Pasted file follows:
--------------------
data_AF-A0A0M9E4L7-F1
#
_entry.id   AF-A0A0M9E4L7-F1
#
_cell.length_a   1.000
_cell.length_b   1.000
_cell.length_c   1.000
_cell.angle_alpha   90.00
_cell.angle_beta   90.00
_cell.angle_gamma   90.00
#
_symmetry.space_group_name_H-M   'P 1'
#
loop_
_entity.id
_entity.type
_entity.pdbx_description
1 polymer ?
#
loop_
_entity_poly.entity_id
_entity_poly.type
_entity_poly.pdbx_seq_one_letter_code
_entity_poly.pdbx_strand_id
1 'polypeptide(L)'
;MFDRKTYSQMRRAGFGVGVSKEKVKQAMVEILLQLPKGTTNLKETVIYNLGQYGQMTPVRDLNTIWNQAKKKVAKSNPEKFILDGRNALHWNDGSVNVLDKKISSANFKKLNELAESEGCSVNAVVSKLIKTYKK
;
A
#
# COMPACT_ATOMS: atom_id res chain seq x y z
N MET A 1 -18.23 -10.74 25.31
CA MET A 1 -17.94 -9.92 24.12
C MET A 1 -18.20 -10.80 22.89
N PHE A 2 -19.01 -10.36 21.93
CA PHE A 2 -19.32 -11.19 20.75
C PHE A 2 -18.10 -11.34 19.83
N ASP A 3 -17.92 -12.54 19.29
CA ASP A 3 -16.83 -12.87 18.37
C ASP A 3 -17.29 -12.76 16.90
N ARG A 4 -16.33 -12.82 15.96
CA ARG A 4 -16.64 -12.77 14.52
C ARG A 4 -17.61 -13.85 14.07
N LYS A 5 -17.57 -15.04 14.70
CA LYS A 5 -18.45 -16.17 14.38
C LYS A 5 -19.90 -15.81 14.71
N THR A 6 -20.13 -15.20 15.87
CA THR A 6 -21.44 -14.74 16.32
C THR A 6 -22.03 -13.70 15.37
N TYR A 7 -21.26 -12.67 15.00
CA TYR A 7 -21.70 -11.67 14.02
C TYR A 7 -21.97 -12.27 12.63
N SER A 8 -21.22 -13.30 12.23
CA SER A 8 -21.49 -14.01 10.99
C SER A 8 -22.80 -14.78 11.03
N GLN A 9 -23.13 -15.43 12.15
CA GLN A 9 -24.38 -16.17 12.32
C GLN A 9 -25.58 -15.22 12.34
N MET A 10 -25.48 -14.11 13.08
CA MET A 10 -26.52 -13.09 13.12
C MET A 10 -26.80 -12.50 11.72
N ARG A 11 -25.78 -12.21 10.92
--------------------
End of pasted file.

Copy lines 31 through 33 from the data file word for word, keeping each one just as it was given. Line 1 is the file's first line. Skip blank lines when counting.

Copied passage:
N MET A 1 -18.23 -10.74 25.31
CA MET A 1 -17.94 -9.92 24.12
C MET A 1 -18.20 -10.80 22.89